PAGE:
Trump urged the governors to direct authorities to conduct mass arrests at protest sites, prosecute demonstrators and seek prison sentences of 10 years.
“You have to dominate. If you don’t dominate, you’re wasting your time,” Trump said. “They’re going to run over you. You’re going to look like a bunch of jerks.”
Describing the intensifying crisis as a “war,” the president told the governors, “You have to use the military.” He announced that he had placed Gen. Mark Milley, the chairman of the Joint Chiefs of Staff, “in charge” of managing the unrest. Defense Secretary Mark Esper spoke briefly and told the governors, “We need to dominate the battlespace.”
Trump said the governors ought not make any concessions and encouraged them to throw caution to the wind, saying, “You’re allowed to fight back.” For instance, he said, “When someone is throwing a rock, that’s like shooting a gun.” He added, “You have to do retribution, in my opinion.”
Trump’s language was remarkably unrestrained. He called Minnesota “a laughingstock all over the world,” a characterization Gov. Tim Walz, a Democrat, later rejected. And at one point the president seemed to suggest some Democratic governors sympathized with looters when he remarked, “They are anarchists, whether you like it or not. I know some of you guys are of a different persuasion, and that’s OK.”
Michigan Gov. Gretchen Whitmer, a Democrat, condemned the president’s leadership.
“The president repeatedly and viciously attacked governors, who are doing everything they can to keep the peace while fighting a once-in-a-generation global pandemic,” Whitmer said in a statement following the call. “The president’s dangerous comments should be gravely concerning to all Americans, because they send a clear signal that this administration is determined to sow the seeds of hatred and division, which I fear will only lead to more violence and destruction. We must reject this way of thinking.”
Later in the day, Massachusetts Gov. Charlie Baker, a Republican, became visibly emotional at a news conference when he reflected upon Trump’s call to “dominate” protesters.
“At so many times during these past several weeks, when the country needed compassion and leadership the most, it was simply nowhere to be found,” Baker said. “Instead, we got bitterness, combativeness and self-interest. That’s not what we need in Boston, it’s not what we need right now in Massachusetts and it’s definitely not what we need across this great country of ours, either.”
Several consecutive days of mass protest followed the May 25 death of George Floyd, a black man who died in police custody in Minneapolis.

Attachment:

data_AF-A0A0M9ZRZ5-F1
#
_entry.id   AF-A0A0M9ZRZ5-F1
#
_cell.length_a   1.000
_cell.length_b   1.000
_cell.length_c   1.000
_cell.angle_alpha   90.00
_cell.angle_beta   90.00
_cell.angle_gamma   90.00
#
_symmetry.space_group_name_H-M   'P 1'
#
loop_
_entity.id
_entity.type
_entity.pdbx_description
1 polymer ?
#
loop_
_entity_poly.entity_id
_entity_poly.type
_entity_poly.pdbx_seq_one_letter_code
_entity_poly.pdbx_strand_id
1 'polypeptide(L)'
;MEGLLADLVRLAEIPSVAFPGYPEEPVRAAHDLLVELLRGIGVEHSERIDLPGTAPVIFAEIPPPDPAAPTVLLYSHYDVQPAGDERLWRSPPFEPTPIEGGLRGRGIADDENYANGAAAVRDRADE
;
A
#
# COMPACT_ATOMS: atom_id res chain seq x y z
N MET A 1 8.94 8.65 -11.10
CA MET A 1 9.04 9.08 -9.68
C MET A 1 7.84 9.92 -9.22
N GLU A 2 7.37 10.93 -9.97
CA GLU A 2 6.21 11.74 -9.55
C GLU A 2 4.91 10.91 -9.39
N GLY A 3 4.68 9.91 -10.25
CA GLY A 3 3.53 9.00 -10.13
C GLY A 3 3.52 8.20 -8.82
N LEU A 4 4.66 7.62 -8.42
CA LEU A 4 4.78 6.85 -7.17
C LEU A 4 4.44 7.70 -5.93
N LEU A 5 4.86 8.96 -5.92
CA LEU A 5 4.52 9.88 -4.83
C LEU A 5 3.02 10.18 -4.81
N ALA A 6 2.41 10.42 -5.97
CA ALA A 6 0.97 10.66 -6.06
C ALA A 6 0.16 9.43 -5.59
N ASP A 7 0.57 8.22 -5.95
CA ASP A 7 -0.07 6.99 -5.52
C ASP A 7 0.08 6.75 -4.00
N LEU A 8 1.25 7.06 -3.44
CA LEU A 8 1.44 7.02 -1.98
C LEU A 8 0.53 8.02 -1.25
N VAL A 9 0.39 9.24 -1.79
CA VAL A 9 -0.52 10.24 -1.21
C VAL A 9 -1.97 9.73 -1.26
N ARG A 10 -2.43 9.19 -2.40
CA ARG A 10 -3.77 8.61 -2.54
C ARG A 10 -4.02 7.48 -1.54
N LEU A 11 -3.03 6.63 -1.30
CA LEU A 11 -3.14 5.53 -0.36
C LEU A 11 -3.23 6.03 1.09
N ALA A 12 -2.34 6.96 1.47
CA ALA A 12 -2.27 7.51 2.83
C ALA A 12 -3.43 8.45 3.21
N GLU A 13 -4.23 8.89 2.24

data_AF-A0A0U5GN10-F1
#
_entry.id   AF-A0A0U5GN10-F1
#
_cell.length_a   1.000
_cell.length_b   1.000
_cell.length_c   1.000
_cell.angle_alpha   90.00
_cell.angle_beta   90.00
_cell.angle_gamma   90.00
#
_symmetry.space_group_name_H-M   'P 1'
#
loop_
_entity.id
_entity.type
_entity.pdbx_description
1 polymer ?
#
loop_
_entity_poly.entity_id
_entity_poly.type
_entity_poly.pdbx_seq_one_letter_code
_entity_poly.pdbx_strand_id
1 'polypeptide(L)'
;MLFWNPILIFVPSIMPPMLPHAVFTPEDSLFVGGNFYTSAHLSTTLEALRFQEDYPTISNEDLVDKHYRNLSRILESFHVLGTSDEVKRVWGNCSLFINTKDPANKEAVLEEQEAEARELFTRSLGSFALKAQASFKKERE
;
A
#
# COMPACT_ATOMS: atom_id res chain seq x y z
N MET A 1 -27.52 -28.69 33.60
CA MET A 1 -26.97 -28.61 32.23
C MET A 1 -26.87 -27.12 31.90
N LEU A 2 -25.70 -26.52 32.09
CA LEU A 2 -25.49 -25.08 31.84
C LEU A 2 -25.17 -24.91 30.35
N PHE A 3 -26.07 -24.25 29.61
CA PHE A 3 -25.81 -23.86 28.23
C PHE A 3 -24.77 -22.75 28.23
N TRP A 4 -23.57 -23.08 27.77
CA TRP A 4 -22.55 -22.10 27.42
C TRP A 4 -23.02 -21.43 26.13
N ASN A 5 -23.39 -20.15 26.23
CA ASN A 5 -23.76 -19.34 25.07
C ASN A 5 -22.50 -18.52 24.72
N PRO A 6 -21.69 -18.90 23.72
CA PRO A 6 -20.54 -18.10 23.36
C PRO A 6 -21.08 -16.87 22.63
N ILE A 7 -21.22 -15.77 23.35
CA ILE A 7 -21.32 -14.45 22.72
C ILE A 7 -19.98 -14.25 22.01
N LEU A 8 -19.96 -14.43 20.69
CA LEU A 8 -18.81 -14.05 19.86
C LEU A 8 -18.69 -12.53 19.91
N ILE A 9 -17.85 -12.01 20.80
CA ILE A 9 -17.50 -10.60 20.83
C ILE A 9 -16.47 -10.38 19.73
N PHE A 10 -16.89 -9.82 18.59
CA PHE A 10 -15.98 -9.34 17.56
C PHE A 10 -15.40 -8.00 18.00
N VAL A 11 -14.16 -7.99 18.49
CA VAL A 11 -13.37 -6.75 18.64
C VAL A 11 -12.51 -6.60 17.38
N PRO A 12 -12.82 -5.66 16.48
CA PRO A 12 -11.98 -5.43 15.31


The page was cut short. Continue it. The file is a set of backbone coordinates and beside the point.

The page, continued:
Although Trump addressed Floyd’s death and the early protests during his visit Saturday to the Kennedy Space Center in Florida, he stayed silent outside Twitter about the escalating situation until Monday evening.
Two Republican strategists close to the White House, who spoke on the condition of anonymity to share candid assessments, said they were baffled by Trump’s decision Saturday to fly to Florida to attend the launch of the SpaceX spacecraft with so much unrest in Minneapolis and many other cities. One of them recalled a conversation with White House officials, who tried to explain the “strategy” of the president’s response.
“Who scheduled and approved that trip?” the strategist said. “It’s not about strategy when the country is burning down. You have to say something.”
Inside the White House, where aides still are haunted by Trump’s prime time Oval Office address in March about the coronavirus, aides intensely debated him giving a similar address focused on the protests over racial injustice.
Two of the president’s most influential advisers, son-in-law Jared Kushner and Hope Hicks, argued vociferously against Trump delivering a speech over the weekend, according to people familiar with the matter. One concern was that if Trump were to give a speech, the riots could be “just as bad or worse,” in the words of one White House official.
White House press secretary Kayleigh McEnany on Monday defended Trump’s handling of the protests. She rejected the characterization of Trump as silent, claiming that the death of Floyd has “weighed on his heart” and noting that the president has discussed it multiple times.
Jason Miller, an outside adviser who keeps in close touch with White House officials, said in this case actions would speak louder than words.
“There’s no magical kumbaya speech from the Oval Office that’s going to keep people from rioting and protesting,” Miller said. “You’re going to have to go and knock some of the bad guys around a little bit.”
He added, “President Trump wasn’t hired to be the consoler in chief. He was hired to be a rejection of the flowery language of nothing happening.”